Your Congressional representative Dennis Rehberg again stood up in Bozeman this week and said that we don’t need health care reform. What we need are more tax breaks for the wealthy and tort reform. We shouldn’t “force” good health on people if they don’t want it. People should be free to “force” the cost of their treatment on the rest of us. This from the guy who thinks the answer to health care reform is for Congress to take a 30-day vacation and have more tea parties.
Let’s take a look at this “tort reform” thing. Republicans seem to always find it at the root of every problem. In a nutshell, tort reform would put limits on the amount of compensation you can receive in a lawsuit, no matter how right you are. Why is this a good thing? Well, first of all, who supports the republican party? Huge corporations who don’t like having to pay out large sums of money every time they injure or kill someone. Companies would like to be free to rape and pillage the environment without having to pay for their negligence. They would like to have to pay only a set amount so that can be factored into their business plan and passed along to consumers. Tort reform effectively does away with regulation of just about everything. If companies know that they are only going to have to pay a small cost if they break the rules, they are free to do whatever comes to mind without worrying about the consequences.
Tort reform also has an added bonus for Republicans. It reduces the amount of money that is made by lawyers and law firms. Why is that a good thing? Let’s look at where lawyers spend their money. So far, in the 2010 election cycle, lawyers and law firms have given around $6.2 million to the Democratic party and $1.1 million to the Republicans, an almost 6:1 advantage for the Dems. How about Denny himself? OpenSecrets.org reports that Denny has received about 2.4% of his 2010 donations from lawyers and law firms. His opponent, Democrat Dennis McDonald, has received about 15% of his donations from attorneys. Tyler Gernant has also received about 14% from lawyers and law firms. Again, a hefty advantage for Democrats. Both Democratic candidates together still only have about 12% as much money as the incumbent, but if Denny can inject tort reform into the mix, he stands a much better chance of stealing campaign funding from his opponents.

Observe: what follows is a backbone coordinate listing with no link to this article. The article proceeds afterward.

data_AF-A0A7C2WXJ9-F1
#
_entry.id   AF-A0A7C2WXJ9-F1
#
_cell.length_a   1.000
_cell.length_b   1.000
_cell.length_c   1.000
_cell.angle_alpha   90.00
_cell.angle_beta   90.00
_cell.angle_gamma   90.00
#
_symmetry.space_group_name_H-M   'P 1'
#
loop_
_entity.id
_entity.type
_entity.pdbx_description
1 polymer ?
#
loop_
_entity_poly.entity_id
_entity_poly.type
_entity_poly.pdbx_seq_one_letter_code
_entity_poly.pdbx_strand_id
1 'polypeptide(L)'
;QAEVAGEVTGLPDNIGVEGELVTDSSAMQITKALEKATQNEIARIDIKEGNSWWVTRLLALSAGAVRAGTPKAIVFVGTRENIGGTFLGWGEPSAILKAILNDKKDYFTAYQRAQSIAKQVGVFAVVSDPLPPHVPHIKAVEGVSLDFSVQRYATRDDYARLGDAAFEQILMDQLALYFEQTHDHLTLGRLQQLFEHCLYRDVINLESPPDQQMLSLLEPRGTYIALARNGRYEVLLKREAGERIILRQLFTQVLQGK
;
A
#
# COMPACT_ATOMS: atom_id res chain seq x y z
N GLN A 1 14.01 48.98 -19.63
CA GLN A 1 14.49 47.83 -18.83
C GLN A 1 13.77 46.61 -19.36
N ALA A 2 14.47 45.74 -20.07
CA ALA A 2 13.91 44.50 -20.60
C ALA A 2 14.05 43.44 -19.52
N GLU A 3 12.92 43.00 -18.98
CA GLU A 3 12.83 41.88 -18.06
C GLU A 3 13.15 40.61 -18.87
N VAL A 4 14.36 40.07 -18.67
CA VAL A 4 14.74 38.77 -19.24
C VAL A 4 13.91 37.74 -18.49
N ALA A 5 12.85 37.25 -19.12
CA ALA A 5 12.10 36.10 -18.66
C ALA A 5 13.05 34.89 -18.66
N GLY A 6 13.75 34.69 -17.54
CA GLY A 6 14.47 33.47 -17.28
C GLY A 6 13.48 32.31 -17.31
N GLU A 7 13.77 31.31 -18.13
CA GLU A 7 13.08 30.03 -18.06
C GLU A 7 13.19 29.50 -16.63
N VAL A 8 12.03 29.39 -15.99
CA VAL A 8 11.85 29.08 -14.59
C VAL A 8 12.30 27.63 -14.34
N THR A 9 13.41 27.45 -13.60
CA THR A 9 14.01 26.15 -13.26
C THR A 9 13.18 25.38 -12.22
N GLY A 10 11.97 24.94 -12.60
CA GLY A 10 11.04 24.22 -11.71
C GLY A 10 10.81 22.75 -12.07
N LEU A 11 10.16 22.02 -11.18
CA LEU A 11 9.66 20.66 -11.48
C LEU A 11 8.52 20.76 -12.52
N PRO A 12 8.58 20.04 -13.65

Lastly, how does tort reform factor into the health care debate? Malpractice costs represent an insignificant amount (0.46%) of the cost of health care. Malpractice costs aren’t growing at anywhere near the cost of health care. Many states already have caps on awards. In 2003, Texas placed a limit of $250,000 on malpractice damages. Did it help? No, Texas is still among the highest cost states in the nation for health care. Does fear of malpractice suits drive unnecessary procedures? Yes, and that is one of the things the current bills seek to remedy. All of the current bills seek to do away with unnecessary tests and make medicine more results oriented. We have about the same number of malpractice claims today as we did in the 1980s. The cost of health care has more than doubled in that time and the number of patients has gone up so, the rate of malpractice claims has actually declined. Malpractice cases are very expensive to bring. You need depositions, expert witnesses and investigators. Only 4-7% of injured patients file claims. Malpractice awards don’t even register on the list of important health care issues.
Tort reform continues to be a popular mantra among Republicans any time they can weasel it into any discussion. It reduces regulation, allows their biggest contributors to make more money and takes funding away from Democrats. Tort reform is a win-win ruse for them. It has nothing to do with serious issues like health care reform, but you can expect them to bring it up over and over.